Alternative Names:Hernia – hiatal, Hiatus hernia.
.Hiatal hernia is a condition in which a portion of the stomach protrudes upward into the chest, through an opening in the diaphragm. The diaphragm is the sheet of muscle that separates the chest from the abdomen. It is used in breathing.
The diaphragm normally has a small opening (hiatus) that allows your food tube (esophagus) to pass through on its way to connect to your stomach. The stomach can push up through this opening and cause a hiatal hernia.
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The esophagus runs through the diaphragm to the stomach. It functions to carry food from the mouth to the stomach.The esophagus passes through the diaphragm just before it meets the stomach, through an opening called the esophageal hiatus.
A hiatal hernia occurs when part of the stomach protrudes up into the chest through the sheet of muscle called the diaphragm. This may result from a weakening of the surrounding tissues and may be aggravated by obesity and/or smoking.
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In most cases, a small hiatal hernia doesn’t cause problems, and you may never know you have a hiatal hernia unless your doctor discovers it when checking for another condition. But a large hiatal hernia can allow food and acid to back up into your esophagus, leading to heartburn and chest pain. Self-care measures or medications can usually relieve these symptoms, although a very large hiatal hernia sometimes requires surgery.
There are two major kinds of hiatus hernia:
The most common (95%) is the sliding hiatus hernia, where the gastroesophageal junction moves above the diaphragm together with some of the stomach.
The second kind is rolling (or paraesophageal) hiatus hernia, when a part of the stomach herniates through the esophageal hiatus and lies beside the esophagus, without movement of the gastroesophageal junction. It accounts for the remaining 5% of hiatus hernias.
A third kind is also sometimes described, and is a combination of the first and second kinds.
Small hiatal hernias
Most small hiatal hernias cause no signs or symptoms.
Large hiatal hernias
Larger hiatal hernias can cause signs and symptoms such as:
*Heartburn, worse when bending over or lying down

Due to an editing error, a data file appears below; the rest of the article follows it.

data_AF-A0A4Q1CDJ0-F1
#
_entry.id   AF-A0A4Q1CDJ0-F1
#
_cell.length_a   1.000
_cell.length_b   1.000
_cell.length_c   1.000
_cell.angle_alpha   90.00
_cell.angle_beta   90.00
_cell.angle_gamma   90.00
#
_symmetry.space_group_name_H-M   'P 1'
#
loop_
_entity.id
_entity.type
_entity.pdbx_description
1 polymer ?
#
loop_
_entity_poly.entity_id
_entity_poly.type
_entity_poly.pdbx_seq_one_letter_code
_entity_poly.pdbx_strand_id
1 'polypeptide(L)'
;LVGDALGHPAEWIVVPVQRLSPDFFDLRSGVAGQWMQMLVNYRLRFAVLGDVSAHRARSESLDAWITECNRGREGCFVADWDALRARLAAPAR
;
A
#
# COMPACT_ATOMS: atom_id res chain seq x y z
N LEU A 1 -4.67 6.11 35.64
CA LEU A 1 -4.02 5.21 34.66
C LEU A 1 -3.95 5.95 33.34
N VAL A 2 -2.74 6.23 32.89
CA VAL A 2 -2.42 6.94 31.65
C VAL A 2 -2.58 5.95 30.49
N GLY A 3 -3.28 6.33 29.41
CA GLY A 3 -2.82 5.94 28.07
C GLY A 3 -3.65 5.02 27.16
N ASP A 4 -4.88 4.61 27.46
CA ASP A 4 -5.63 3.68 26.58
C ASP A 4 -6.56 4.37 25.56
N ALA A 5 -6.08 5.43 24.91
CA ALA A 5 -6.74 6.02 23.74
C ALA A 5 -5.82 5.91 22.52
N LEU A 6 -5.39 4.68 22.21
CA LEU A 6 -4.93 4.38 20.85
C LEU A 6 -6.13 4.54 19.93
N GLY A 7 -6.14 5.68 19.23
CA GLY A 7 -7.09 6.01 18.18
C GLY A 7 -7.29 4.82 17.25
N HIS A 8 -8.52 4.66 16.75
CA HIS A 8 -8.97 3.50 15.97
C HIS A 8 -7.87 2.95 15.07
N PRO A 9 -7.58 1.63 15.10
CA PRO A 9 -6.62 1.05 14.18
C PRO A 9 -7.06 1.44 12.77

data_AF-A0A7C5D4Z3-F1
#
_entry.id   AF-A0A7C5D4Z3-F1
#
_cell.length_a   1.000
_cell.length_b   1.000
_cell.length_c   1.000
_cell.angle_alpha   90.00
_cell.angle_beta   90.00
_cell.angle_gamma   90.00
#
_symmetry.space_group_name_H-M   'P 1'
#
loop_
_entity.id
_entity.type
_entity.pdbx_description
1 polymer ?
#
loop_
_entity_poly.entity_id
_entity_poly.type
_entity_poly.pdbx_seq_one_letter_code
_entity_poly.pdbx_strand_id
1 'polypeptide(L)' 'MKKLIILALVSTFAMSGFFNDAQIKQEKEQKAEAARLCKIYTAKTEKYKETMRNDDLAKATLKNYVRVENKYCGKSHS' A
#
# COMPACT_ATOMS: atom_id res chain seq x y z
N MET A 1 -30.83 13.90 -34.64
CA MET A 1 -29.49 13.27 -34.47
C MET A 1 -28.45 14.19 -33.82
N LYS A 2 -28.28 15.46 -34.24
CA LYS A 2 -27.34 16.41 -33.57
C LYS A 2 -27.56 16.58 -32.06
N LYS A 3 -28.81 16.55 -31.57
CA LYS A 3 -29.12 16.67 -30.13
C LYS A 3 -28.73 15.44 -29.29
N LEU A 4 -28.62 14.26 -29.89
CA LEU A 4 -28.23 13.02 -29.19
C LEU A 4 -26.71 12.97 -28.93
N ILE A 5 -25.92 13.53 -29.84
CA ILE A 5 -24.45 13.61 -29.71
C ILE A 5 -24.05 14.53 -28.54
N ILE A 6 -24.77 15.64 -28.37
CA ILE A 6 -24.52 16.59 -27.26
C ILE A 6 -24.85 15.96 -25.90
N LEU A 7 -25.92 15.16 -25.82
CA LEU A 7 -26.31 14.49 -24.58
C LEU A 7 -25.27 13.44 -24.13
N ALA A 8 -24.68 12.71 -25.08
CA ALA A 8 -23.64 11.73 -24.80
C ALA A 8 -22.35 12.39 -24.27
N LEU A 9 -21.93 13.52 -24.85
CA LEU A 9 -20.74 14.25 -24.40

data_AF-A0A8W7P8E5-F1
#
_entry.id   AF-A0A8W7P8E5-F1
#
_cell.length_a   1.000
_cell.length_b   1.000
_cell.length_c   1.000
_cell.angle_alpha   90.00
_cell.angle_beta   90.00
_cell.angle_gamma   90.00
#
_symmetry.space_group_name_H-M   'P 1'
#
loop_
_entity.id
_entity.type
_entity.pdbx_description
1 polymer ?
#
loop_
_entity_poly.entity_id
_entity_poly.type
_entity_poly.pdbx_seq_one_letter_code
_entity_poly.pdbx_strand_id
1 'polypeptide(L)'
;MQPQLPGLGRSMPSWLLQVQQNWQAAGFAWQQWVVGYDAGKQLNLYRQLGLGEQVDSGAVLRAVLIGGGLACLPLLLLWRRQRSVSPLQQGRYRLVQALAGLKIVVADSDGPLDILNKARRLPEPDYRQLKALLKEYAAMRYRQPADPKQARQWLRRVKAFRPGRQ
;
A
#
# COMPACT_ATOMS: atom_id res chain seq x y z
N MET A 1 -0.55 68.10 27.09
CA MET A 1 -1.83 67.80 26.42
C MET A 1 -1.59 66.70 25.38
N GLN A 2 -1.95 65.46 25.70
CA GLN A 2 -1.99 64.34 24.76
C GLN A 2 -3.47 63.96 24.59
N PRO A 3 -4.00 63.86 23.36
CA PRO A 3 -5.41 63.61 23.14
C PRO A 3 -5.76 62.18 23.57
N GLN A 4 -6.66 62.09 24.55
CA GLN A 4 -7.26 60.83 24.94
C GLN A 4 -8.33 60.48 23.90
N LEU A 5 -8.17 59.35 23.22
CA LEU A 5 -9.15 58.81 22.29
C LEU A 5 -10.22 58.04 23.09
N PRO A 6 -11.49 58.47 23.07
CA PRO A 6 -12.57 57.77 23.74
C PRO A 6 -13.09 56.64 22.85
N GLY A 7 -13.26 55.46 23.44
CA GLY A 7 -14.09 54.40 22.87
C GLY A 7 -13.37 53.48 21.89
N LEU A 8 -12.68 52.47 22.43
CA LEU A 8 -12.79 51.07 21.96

A hiatal hernia by itself rarely causes symptoms — pain and discomfort are usually due to the reflux of gastric acid, air, or bile. Reflux happens more easily when there is a hiatal hernia, although a hiatal hernia is not the only cause of reflux.
A hiatal hernia occurs when weakened muscle tissue allows your stomach to bulge up through your diaphragm. It’s not always clear why this happens, but pressure on your stomach may contribute to the formation of hiatal hernia.
How a hiatal hernia forms
Your diaphragm is a large dome-shaped muscle that separates your chest cavity from your abdomen. Normally, your esophagus passes into your stomach through an opening in the diaphragm called the hiatus. Hiatal hernias occur when the muscle tissue surrounding this opening becomes weak, and the upper part of your stomach bulges up through the diaphragm into your chest cavity.
Possible causes of hiatal hernia are:
*Injury to the area
*An inherited weakness in the surrounding muscles
*Being born with an unusually large hiatus
*Persistent and intense pressure on the surrounding muscles, such as when coughing, vomiting, or straining during a bowel movement or while lifting heavy objects.
The following are risk factors that can result in a hiatus hernia.
*Increased pressure within the abdomen caused by:
*Heavy lifting or bending over
*Frequent or hard coughing
*Pregnancy and delivery
*Straining with constipation
*Obesity (extra weight pushes down on the abdomen increasing the pressure)
*Use of the sitting position for defecation
*Drug use, such as cocaine.
In most cases, sufferers experience no discomfort and no treatment is required. However, when the hiatal hernia is large, or is of the paraesophageal type, it is likely to cause esophageal stricture and discomfort. Symptomatic patients should elevate the head of their beds and avoid lying down directly after meals until treatment is rendered. If the condition has been brought on by stress, stress reduction techniques may be prescribed, or if overweight, weight loss may be indicated. Medications that reduce the lower esophageal sphincter (or LES) pressure should be avoided. Antisecretory drugs like proton pump inhibitors and H2 receptor blockers can be used to reduce acid secretion.